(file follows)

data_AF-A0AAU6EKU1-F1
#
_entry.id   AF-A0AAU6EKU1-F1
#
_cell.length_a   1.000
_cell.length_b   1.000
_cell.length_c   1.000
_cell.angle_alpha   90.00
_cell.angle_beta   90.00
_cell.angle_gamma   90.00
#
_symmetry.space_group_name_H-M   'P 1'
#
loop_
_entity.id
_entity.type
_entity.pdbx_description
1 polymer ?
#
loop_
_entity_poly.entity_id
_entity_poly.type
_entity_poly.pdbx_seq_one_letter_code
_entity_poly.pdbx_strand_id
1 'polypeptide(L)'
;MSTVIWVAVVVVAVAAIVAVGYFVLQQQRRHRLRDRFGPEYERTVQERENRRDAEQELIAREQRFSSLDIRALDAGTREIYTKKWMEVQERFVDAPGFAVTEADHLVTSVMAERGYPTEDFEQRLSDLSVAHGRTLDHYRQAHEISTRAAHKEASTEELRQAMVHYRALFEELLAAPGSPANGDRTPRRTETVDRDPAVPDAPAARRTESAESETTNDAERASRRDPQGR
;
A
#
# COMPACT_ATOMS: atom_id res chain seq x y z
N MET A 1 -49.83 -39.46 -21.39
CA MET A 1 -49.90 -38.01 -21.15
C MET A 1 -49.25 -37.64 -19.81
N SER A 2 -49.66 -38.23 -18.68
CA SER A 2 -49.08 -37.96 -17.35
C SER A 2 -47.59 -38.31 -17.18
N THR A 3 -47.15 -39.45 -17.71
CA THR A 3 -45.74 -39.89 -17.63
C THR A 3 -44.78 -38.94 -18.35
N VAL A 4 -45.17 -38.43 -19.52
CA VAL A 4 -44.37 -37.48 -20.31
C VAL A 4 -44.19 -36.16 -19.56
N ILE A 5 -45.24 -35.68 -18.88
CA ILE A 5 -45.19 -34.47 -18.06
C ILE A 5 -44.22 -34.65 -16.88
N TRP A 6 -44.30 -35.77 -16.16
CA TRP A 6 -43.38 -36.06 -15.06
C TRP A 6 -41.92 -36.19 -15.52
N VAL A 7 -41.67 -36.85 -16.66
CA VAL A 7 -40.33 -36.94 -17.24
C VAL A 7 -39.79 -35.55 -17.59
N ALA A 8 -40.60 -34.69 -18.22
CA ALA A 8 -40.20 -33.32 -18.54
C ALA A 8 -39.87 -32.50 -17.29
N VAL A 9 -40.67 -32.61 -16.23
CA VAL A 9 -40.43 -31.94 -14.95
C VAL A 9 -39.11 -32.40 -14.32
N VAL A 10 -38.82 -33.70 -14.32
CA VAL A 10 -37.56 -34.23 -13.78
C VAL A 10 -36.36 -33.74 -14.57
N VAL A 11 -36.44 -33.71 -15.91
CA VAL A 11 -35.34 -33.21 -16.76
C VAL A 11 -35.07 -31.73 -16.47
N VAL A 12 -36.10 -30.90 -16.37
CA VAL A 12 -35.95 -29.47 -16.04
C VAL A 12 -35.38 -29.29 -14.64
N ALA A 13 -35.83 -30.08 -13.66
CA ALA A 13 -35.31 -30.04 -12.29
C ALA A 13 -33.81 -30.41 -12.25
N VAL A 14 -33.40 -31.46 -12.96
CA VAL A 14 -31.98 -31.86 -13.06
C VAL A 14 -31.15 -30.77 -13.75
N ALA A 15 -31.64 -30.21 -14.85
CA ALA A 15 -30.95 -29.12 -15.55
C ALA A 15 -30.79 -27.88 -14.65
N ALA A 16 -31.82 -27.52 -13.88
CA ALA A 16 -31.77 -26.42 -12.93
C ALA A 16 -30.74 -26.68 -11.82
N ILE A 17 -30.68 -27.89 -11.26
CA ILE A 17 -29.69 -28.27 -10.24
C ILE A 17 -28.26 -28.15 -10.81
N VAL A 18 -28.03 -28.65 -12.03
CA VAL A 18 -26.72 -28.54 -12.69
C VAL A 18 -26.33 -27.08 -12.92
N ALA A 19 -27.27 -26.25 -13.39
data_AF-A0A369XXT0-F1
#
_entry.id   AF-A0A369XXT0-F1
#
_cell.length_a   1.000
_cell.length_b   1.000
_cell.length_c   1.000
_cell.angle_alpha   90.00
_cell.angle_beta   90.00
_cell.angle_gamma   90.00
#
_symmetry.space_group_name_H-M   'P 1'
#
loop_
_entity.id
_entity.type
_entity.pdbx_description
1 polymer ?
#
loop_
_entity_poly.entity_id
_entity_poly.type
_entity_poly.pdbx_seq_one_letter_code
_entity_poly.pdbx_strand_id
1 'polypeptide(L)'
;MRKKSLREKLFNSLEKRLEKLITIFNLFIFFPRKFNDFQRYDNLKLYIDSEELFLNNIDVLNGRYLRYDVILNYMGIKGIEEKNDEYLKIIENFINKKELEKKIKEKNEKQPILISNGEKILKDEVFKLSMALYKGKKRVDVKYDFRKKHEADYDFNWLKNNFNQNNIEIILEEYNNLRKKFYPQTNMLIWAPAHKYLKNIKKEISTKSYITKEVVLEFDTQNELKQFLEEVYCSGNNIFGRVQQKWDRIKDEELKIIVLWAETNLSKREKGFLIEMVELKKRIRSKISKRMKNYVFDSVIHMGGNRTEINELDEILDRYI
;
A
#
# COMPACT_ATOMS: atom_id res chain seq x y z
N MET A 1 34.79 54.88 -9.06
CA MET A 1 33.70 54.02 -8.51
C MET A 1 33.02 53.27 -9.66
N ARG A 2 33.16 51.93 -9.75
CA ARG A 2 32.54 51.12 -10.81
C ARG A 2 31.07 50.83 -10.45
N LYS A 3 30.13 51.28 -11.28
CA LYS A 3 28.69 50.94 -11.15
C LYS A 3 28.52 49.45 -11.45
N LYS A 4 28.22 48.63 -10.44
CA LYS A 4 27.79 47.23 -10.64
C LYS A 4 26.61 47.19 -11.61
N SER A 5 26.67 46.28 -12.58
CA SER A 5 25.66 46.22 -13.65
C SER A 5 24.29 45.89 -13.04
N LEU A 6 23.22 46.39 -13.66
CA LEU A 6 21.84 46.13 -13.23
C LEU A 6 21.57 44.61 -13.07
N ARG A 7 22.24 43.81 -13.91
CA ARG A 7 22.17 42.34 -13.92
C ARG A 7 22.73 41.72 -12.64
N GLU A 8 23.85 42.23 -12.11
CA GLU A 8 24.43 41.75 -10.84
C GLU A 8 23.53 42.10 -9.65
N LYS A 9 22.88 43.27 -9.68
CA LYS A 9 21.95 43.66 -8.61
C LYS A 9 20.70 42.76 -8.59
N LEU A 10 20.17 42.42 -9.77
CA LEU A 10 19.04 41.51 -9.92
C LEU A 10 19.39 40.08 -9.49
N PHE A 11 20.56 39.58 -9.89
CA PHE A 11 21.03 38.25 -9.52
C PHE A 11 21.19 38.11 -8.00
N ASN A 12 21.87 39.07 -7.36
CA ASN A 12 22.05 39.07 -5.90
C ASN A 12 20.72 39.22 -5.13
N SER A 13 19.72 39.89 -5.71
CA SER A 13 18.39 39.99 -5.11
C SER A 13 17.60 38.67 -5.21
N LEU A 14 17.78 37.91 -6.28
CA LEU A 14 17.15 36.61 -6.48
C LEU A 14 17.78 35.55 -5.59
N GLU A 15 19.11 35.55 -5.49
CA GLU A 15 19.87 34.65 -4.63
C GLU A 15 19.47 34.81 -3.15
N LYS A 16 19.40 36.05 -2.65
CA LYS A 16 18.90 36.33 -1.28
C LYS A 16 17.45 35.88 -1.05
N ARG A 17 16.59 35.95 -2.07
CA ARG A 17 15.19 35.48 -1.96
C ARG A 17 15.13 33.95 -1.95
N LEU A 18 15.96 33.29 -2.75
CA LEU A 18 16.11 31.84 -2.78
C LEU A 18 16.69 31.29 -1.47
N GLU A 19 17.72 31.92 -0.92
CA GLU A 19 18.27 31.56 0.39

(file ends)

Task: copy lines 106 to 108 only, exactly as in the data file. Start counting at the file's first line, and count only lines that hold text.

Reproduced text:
_entity_poly.entity_id
_entity_poly.type
_entity_poly.pdbx_seq_one_letter_code